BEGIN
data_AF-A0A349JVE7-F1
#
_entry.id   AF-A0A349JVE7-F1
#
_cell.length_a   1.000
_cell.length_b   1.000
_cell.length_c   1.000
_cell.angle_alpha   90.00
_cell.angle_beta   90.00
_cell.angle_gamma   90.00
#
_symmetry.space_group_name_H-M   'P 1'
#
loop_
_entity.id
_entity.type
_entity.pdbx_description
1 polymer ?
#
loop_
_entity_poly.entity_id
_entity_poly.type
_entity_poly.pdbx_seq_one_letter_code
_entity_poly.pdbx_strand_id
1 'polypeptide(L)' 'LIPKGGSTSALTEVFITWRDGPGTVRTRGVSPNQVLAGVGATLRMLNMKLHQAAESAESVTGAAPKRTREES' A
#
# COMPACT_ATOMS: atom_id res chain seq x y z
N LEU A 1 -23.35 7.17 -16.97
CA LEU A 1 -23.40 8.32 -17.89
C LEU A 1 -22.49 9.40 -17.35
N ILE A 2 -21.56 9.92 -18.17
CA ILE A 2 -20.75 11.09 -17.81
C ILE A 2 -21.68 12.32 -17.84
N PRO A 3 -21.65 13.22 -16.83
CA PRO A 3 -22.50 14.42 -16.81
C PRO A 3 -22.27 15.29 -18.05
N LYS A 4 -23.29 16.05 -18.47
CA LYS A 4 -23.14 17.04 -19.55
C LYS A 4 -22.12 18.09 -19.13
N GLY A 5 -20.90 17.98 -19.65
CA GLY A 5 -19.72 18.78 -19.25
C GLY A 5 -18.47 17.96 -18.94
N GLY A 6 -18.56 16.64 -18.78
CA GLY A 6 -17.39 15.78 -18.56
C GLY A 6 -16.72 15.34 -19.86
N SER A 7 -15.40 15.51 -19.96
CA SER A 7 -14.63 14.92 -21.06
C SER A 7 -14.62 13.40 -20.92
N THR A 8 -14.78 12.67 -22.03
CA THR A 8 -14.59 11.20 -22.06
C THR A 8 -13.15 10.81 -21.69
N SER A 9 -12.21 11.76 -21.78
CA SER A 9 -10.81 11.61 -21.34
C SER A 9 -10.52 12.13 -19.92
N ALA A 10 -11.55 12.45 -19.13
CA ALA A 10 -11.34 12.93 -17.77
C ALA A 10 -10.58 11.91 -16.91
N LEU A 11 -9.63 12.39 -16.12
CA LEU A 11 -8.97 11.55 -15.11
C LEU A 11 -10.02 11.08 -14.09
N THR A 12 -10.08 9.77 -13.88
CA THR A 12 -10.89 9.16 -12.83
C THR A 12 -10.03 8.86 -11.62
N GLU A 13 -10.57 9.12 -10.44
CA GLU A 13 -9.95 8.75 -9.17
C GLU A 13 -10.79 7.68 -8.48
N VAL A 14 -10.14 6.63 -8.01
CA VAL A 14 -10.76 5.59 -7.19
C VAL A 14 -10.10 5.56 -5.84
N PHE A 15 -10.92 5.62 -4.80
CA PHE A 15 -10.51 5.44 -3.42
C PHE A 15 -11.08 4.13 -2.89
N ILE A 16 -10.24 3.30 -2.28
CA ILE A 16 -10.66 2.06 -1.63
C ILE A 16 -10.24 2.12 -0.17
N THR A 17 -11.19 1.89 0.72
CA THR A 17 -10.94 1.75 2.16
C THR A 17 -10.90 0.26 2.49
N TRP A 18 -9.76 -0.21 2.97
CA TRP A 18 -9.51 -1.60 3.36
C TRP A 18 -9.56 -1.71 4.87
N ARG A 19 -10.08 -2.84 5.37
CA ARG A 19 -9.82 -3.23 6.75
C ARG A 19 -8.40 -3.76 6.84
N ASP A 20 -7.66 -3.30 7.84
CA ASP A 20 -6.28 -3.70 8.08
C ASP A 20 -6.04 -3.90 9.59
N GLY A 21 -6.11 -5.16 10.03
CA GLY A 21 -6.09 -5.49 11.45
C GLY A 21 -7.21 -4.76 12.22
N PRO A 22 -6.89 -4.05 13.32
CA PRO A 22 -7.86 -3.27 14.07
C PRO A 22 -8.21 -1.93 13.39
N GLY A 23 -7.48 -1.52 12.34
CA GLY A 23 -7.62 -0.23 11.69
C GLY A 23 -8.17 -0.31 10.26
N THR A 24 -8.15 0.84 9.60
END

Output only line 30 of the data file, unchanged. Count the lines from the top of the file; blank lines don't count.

C LEU A 1 -22.49 9.40 -17.35